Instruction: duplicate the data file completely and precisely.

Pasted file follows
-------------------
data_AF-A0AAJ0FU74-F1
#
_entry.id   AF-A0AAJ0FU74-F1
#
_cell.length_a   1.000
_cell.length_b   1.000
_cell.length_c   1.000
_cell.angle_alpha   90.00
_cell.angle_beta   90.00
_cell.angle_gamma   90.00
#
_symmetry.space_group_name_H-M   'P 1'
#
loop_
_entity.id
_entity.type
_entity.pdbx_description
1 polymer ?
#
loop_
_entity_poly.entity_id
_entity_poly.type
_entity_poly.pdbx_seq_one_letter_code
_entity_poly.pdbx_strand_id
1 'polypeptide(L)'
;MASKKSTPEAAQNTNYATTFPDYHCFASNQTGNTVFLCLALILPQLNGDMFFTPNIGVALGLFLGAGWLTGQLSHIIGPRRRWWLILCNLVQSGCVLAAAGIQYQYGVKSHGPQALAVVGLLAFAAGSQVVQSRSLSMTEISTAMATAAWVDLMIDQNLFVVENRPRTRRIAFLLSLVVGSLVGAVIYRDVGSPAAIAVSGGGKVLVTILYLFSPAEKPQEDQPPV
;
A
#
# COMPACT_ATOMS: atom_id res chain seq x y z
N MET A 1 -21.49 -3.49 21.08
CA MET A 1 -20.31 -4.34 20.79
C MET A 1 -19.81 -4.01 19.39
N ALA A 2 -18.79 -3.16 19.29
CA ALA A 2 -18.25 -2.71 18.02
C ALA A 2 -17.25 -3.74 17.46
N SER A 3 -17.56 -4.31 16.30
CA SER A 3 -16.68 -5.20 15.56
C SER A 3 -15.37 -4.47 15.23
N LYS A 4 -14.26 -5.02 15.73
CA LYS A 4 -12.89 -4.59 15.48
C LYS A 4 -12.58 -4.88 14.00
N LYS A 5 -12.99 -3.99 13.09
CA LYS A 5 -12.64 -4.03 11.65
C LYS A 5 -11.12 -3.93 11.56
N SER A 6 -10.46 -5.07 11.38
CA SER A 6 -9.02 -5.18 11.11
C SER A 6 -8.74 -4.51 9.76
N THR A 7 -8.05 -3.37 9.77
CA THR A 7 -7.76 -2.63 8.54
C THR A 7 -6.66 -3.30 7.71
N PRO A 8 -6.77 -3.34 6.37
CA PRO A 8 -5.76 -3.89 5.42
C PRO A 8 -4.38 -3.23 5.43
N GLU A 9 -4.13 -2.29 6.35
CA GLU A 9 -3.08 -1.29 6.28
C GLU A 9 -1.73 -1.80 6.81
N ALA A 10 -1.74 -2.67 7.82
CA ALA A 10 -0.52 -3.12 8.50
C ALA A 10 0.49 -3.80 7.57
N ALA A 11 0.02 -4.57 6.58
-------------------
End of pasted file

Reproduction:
data_AF-A0AAJ0FU74-F1
#
_entry.id   AF-A0AAJ0FU74-F1
#
_cell.length_a   1.000
_cell.length_b   1.000
_cell.length_c   1.000
_cell.angle_alpha   90.00
_cell.angle_beta   90.00
_cell.angle_gamma   90.00
#
_symmetry.space_group_name_H-M   'P 1'
#
loop_
_entity.id
_entity.type
_entity.pdbx_description
1 polymer ?
#
loop_
_entity_poly.entity_id
_entity_poly.type
_entity_poly.pdbx_seq_one_letter_code
_entity_poly.pdbx_strand_id
1 'polypeptide(L)'
;MASKKSTPEAAQNTNYATTFPDYHCFASNQTGNTVFLCLALILPQLNGDMFFTPNIGVALGLFLGAGWLTGQLSHIIGPRRRWWLILCNLVQSGCVLAAAGIQYQYGVKSHGPQALAVVGLLAFAAGSQVVQSRSLSMTEISTAMATAAWVDLMIDQNLFVVENRPRTRRIAFLLSLVVGSLVGAVIYRDVGSPAAIAVSGGGKVLVTILYLFSPAEKPQEDQPPV
;
A
#
# COMPACT_ATOMS: atom_id res chain seq x y z
N MET A 1 -21.49 -3.49 21.08
CA MET A 1 -20.31 -4.34 20.79
C MET A 1 -19.81 -4.01 19.39
N ALA A 2 -18.79 -3.16 19.29
CA ALA A 2 -18.25 -2.71 18.02
C ALA A 2 -17.25 -3.74 17.46
N SER A 3 -17.56 -4.31 16.30
CA SER A 3 -16.68 -5.20 15.56
C SER A 3 -15.37 -4.47 15.23
N LYS A 4 -14.26 -5.02 15.73
CA LYS A 4 -12.89 -4.59 15.48
C LYS A 4 -12.58 -4.88 14.00
N LYS A 5 -12.99 -3.99 13.09
CA LYS A 5 -12.64 -4.03 11.65
C LYS A 5 -11.12 -3.93 11.56
N SER A 6 -10.46 -5.07 11.38
CA SER A 6 -9.02 -5.18 11.11
C SER A 6 -8.74 -4.51 9.76
N THR A 7 -8.05 -3.37 9.77
CA THR A 7 -7.76 -2.63 8.54
C THR A 7 -6.66 -3.30 7.71
N PRO A 8 -6.77 -3.34 6.37
CA PRO A 8 -5.76 -3.89 5.42
C PRO A 8 -4.38 -3.23 5.43
N GLU A 9 -4.13 -2.29 6.35
CA GLU A 9 -3.08 -1.29 6.28
C GLU A 9 -1.73 -1.80 6.81
N ALA A 10 -1.74 -2.67 7.82
CA ALA A 10 -0.52 -3.12 8.50
C ALA A 10 0.49 -3.80 7.57
N ALA A 11 0.02 -4.57 6.58